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Classification of sedimentary architectures arising from fluvial-eolian system interactions: Permian examples from southeast Utah, USA

The sedimentary evolution of arid environments is governed by numerous geomorphic processes. Interactions between fluvial and eolian systems are commonly observed in both modern arid settings and ancient sedimentary successions. However, despite considerable prior focus on eolian systems in sedimentological research, there is no unifying scheme to provide generalized definitions of commonly occurring types of preserved fluvial-eolian interactions. This study addresses this shortcoming by introducing a novel classification scheme for sedimentary architectures arising from these type of system interactions; examples are illustrated through reference to well-known Permian deposits of the Paradox Basin in South-East Utah, USA. Stratigraphic units of the Cutler Group have been deposited by competing coastal, eolian erg (dune field) and alluvial fan systems. Well preserved, laterally continuous outcrops arranged in different orientations enable three-dimensional architectural characterization. By analyzing various architectural panels from published studies, the sedimentary record of eight types of eolian-fluvial interaction have been identified: 1) watertable-controlled interdune deposits; 2) low- energy deposits originating from fluvial flood input; 3) isolated ribbon- shaped channel-fills originating from episodic confined flooding of interdunes in orientations parallel to the trend of dune crest-lines; 4) isolated ribbon-shaped channel-fills originating from episodic confined flooding of interdune corridors in orientations perpendicular to the trend of dune crest-lines; 5) amalgamated channel-forms resulting from long-lasting confined flooding; 6) unconfined sheet-like flood deposits; 7) fluvial breaching of dunes and their reworking by catastrophic flooding; 8) eolian reworking of fluvial deposits. Each interaction type has been characterized in terms of architectural- element geometries and sedimentary proprieties. Summary architectural panels are presented in a way that demonstrates the variability of element geometries in three dimensions. Outcomes from this study provide a guide with which to make sedimentological interpretations in ancient and modern settings.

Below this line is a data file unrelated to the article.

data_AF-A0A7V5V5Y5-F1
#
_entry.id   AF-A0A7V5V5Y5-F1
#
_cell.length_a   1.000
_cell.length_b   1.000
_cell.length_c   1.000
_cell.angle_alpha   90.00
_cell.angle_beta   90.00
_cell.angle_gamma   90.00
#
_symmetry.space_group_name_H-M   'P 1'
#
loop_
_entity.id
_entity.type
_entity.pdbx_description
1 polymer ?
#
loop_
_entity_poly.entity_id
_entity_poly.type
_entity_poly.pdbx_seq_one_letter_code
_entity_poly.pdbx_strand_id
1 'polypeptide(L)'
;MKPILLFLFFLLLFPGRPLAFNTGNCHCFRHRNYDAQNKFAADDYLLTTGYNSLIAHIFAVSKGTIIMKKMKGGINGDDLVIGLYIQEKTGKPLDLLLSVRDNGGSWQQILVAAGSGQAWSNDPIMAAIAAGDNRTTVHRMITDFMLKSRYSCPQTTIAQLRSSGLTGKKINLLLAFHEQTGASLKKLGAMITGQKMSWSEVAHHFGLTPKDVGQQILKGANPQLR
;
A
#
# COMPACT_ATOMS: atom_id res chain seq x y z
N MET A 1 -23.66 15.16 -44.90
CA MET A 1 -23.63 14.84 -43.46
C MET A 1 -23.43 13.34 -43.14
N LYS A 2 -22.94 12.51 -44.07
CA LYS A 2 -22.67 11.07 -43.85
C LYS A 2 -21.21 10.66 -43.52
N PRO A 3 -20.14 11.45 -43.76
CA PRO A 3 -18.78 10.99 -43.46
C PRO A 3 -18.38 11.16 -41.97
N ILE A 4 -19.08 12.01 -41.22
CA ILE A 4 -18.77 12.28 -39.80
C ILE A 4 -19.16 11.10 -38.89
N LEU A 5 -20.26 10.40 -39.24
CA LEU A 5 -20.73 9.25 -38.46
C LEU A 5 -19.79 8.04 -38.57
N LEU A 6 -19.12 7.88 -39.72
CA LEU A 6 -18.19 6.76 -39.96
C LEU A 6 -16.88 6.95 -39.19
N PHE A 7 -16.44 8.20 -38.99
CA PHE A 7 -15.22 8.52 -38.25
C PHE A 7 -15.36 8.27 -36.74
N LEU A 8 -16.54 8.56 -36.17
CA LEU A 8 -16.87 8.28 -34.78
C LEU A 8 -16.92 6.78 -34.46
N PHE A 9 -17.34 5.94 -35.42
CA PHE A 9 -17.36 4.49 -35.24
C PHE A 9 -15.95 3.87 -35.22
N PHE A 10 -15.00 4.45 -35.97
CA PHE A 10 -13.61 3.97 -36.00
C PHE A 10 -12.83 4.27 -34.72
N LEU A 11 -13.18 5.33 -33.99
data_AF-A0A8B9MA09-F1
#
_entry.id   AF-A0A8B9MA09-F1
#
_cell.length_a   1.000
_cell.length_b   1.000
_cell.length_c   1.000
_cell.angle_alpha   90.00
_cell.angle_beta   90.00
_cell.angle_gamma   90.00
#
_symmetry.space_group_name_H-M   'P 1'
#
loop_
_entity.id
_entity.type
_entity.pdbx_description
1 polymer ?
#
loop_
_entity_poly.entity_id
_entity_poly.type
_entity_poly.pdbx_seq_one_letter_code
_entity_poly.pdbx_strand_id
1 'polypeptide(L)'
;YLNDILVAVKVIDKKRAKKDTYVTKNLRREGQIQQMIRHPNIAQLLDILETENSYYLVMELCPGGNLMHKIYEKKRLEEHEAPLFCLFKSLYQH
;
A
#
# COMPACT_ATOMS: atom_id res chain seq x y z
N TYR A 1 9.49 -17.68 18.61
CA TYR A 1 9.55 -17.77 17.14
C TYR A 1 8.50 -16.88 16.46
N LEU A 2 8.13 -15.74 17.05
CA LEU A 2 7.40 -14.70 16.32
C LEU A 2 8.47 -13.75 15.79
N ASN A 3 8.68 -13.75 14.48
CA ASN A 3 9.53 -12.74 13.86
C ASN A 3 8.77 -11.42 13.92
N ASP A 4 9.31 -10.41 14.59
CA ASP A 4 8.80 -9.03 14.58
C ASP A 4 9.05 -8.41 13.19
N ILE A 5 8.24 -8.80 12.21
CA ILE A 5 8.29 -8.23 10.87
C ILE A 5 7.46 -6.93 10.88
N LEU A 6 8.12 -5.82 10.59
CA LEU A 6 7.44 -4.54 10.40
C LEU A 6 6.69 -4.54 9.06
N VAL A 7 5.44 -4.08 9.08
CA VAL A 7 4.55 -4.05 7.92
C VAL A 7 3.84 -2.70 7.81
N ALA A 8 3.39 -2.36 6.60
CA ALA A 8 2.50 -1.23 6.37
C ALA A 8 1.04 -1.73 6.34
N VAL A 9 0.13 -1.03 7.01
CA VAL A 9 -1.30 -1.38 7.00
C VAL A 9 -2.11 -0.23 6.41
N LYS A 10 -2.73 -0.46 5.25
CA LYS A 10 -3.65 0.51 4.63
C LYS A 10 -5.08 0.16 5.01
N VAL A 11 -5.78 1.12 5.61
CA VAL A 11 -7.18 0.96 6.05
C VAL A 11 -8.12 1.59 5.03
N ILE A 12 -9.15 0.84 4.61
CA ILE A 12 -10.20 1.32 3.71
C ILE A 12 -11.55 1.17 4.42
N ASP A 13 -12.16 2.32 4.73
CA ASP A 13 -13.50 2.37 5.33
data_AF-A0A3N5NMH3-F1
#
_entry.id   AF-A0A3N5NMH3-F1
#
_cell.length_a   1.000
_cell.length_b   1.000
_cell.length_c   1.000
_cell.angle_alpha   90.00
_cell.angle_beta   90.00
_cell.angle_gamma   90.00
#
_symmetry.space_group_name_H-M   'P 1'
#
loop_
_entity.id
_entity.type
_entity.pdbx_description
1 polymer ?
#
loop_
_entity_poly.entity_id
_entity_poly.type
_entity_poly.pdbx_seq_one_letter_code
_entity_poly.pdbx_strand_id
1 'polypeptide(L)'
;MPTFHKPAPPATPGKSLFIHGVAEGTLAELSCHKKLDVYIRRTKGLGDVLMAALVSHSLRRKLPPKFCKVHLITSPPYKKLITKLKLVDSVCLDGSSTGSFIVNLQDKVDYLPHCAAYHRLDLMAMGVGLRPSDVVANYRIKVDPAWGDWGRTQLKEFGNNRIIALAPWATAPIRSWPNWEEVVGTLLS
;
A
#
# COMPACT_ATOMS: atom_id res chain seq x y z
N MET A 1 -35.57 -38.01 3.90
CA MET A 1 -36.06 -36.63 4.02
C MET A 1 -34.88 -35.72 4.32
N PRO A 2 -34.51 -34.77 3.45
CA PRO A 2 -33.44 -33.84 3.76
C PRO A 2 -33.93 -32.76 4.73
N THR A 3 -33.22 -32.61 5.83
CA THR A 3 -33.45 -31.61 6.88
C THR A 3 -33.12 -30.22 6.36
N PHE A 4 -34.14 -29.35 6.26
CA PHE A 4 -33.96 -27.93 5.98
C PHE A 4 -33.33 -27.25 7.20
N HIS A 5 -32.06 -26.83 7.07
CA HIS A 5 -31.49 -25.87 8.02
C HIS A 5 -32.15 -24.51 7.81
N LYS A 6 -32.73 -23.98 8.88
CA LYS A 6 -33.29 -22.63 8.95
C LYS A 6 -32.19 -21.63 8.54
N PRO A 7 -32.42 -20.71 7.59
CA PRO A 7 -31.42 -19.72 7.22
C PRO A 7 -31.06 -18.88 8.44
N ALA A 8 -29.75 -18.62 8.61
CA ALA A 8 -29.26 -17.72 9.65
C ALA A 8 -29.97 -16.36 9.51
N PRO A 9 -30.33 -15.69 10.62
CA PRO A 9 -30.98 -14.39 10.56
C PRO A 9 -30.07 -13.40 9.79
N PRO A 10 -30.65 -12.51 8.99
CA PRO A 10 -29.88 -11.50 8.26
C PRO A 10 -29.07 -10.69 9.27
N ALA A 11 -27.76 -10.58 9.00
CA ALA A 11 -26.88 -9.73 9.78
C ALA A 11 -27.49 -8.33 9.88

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Département ENS
  • Directrice :
    Guillemette Ménot
  • Secrétaire :
    Emmanuelle Lousson
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